Flow cytometry analysis
It appears as though there is an interesting trend in my data. Using a flow cytometry analysis software called Cytowin, samples that contain a Prochlorococcus population seem to be distributed within a consistent region of each profile.
Of the Prochlorococcus species, there are distinct ecotypes that have adapted to different light levels and corresponding depths in the ocean. A unique collection of light harvesting machinery and pigments in their physiological makeup allow for this adaptation. In my particular samples, it appears as though the organisms in this region of the Southern Atlantic Ocean are exhibiting early characteristics of a high-light adapted population. That is to also say, the Prochlorococcus (if present) has been consistently found in the surface or higher light sample depths of our station profiles. This is already an interesting observation in and of itself, because it might suggest a few other things.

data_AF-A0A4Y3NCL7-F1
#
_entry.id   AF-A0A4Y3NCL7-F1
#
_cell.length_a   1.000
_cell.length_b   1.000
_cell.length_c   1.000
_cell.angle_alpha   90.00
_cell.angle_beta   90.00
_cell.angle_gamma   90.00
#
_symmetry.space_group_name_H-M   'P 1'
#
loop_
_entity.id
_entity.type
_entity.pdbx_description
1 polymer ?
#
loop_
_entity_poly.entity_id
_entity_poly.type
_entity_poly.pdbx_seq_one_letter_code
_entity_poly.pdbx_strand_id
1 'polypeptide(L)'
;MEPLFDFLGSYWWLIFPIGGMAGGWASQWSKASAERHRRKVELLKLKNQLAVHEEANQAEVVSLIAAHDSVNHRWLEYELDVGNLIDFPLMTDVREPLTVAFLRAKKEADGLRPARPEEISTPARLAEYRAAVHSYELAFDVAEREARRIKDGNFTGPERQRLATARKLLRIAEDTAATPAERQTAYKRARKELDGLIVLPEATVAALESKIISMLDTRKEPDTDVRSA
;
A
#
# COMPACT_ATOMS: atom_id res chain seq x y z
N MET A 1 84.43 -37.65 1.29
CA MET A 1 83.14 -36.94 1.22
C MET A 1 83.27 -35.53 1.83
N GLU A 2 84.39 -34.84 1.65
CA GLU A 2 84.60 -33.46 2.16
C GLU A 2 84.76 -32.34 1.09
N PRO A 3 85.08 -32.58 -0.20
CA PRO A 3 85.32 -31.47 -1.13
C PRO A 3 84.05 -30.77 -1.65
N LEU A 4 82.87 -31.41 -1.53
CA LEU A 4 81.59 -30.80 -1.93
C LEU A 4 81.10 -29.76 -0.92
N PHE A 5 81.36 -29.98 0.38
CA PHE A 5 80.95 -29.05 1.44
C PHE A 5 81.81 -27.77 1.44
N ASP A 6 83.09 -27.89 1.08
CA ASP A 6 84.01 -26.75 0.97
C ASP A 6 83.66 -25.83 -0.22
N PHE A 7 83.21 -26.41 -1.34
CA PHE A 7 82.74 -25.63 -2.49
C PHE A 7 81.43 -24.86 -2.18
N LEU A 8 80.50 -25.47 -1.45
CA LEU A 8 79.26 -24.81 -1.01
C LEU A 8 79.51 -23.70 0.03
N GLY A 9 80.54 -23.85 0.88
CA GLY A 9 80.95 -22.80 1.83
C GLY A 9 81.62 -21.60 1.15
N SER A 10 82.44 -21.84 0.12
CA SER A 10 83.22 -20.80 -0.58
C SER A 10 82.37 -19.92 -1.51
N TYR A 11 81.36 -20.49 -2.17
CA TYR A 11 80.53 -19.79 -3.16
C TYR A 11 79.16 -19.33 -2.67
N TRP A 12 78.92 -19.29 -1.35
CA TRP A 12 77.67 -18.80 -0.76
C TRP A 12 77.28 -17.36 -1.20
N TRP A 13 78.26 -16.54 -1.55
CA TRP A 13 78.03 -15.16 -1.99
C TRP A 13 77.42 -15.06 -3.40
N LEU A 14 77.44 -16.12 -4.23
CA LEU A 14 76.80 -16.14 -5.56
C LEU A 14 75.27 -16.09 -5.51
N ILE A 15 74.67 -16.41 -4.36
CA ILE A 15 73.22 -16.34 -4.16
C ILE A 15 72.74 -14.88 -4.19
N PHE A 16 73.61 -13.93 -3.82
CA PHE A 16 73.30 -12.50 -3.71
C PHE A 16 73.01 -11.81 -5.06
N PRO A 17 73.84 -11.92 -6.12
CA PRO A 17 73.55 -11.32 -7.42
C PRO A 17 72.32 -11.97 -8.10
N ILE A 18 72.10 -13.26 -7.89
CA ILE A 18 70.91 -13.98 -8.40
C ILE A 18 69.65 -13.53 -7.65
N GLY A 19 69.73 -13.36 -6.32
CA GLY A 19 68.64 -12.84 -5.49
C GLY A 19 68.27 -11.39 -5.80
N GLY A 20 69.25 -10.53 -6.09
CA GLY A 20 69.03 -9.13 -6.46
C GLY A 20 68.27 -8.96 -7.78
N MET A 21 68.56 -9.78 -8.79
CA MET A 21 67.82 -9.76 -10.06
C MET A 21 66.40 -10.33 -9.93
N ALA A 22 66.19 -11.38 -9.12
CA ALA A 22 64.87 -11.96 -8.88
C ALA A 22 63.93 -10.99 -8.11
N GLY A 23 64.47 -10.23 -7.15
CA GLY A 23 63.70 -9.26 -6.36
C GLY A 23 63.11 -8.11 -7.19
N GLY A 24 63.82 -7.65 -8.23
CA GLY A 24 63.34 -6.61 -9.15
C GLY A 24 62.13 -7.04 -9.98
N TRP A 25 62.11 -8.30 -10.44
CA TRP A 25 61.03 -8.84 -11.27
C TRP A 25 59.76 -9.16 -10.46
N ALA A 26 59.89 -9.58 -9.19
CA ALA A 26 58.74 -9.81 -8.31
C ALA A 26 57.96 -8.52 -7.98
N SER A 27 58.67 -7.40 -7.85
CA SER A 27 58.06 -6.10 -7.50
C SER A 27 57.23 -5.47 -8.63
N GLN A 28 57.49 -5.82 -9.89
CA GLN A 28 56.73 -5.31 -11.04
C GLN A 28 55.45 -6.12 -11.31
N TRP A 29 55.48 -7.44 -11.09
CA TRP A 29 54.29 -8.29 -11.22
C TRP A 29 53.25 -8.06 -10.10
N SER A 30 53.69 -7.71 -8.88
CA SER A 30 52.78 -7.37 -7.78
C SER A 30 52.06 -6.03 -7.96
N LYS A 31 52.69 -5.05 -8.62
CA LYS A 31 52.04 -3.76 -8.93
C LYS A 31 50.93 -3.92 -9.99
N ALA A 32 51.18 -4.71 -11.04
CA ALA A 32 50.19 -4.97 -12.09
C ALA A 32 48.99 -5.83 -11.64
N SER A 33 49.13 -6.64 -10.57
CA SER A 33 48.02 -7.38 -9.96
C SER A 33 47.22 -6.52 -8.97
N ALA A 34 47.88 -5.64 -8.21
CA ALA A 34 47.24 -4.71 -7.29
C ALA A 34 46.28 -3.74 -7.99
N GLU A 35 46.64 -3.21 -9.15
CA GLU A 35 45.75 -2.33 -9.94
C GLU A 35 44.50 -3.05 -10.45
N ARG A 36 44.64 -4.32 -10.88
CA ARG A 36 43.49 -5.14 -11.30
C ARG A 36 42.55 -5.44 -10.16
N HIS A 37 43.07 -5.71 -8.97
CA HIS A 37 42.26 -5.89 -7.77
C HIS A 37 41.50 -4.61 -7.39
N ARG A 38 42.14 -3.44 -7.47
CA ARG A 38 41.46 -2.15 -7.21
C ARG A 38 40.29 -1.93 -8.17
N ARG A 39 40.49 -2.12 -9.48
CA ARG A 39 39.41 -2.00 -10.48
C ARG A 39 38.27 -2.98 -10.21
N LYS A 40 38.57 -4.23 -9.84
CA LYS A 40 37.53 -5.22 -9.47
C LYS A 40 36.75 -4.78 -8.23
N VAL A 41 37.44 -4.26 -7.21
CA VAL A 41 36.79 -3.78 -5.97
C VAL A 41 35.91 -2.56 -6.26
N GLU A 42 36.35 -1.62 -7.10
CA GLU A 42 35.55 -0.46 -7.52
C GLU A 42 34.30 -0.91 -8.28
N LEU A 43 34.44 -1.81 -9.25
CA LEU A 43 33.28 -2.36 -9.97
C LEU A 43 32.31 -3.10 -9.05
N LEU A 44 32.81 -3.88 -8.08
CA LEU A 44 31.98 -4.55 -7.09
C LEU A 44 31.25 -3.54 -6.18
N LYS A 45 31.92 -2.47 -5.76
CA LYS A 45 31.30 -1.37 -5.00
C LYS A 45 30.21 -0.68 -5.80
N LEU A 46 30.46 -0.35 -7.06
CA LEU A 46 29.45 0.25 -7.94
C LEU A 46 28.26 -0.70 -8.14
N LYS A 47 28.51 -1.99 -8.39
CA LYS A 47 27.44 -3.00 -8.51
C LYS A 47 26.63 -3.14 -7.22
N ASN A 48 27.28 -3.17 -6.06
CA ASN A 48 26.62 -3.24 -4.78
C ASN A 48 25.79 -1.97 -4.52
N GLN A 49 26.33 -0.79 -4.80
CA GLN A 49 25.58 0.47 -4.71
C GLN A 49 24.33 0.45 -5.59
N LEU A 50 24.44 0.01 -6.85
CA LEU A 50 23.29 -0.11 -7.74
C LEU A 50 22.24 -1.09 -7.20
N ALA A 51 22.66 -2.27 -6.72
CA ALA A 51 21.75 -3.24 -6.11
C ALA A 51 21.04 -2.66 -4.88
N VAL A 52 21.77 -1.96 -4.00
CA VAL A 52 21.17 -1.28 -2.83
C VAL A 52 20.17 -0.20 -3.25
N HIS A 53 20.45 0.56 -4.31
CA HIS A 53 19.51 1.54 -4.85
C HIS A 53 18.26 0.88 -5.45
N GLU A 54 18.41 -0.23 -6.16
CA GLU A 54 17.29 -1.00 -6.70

Although I am not familiar with the organisms that make up the community of protistan grazers that Prochlorococcus may be in competition with, one thing is completely certain about the changing water and light scattering properties of this region and particular cruise… they were most likely altered by other organisms such as the coccolithophorids. I will be on the lookout for shifts in community composition after I reach station 18 where the bloom first occurred.